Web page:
Site-specific anti-HIV gene thearpy

Colin Exline
University of Southern California
Basic Biomedical Sciences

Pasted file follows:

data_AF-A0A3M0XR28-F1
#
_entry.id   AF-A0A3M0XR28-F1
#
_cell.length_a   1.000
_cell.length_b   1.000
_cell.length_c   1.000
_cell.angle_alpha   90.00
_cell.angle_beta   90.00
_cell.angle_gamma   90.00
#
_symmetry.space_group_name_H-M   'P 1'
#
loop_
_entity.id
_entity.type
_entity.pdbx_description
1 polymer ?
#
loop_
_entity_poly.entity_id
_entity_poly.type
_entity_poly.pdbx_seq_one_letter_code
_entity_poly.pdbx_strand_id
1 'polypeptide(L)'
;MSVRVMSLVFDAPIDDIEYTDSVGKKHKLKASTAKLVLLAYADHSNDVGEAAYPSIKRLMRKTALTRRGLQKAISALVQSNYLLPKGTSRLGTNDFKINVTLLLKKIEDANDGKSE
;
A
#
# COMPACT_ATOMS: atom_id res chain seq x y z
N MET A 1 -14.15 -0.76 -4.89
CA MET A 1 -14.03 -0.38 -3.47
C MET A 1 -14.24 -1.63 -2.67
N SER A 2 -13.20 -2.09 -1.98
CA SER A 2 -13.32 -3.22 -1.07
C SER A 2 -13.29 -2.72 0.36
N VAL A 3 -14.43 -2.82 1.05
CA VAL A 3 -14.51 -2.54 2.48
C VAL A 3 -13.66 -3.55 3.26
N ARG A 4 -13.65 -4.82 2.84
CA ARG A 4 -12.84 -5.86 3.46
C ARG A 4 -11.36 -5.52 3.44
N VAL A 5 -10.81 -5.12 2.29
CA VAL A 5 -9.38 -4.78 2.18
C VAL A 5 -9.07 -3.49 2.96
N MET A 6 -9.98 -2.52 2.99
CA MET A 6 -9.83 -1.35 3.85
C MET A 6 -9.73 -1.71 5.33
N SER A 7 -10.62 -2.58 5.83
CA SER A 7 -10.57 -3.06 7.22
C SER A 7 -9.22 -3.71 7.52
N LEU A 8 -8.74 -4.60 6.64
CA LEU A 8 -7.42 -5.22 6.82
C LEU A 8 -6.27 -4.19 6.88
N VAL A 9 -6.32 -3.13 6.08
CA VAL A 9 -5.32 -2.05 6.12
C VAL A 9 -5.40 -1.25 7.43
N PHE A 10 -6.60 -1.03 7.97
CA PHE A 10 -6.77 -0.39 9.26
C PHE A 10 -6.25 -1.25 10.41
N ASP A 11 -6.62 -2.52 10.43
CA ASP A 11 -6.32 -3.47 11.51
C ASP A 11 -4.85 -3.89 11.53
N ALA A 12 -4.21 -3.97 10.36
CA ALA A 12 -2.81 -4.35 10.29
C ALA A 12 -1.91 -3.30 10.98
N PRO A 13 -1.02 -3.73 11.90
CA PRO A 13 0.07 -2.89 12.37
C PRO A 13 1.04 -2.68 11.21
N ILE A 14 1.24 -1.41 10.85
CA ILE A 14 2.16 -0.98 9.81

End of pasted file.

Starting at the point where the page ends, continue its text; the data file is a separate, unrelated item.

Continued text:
Gene therapy engineering of human cells to be resistant to HIV is one approach that in the future could allow patients to fight off HIV infection without having to take daily doses of anti-HIV drugs. We have already shown that this is possible in a proof-of-principle study using a technology called zinc finger nucleases that can block expression of the essential CCR5 entry molecule. Although these results are exciting, CCR5 gene knockout will only protect against certain types of HIV-1 that use CCR5 to enter cells, and will not protect against other strains that use CXCR4 instead. To expand protection to these other strains of HIV-1, I am now developing a next generation therapy that simultaneously knocks out the CCR5 gene in human cells while also inserting an anti-HIV gene at the same site. In this proposed work, I will determine which of a panel of candidate anti-HIV genes is the most effective at protecting human cells from infection by both types of HIV-1. The first part of my proposal will be aimed at optimizing the tools and techniques to do this efficiently in human cells, and the second part will then investigate which of the candidate anti-HIV genes works the best. I will examine this using ‘humanized mice’, which both support the growth of engineered human cells and can be infected by HIV-1.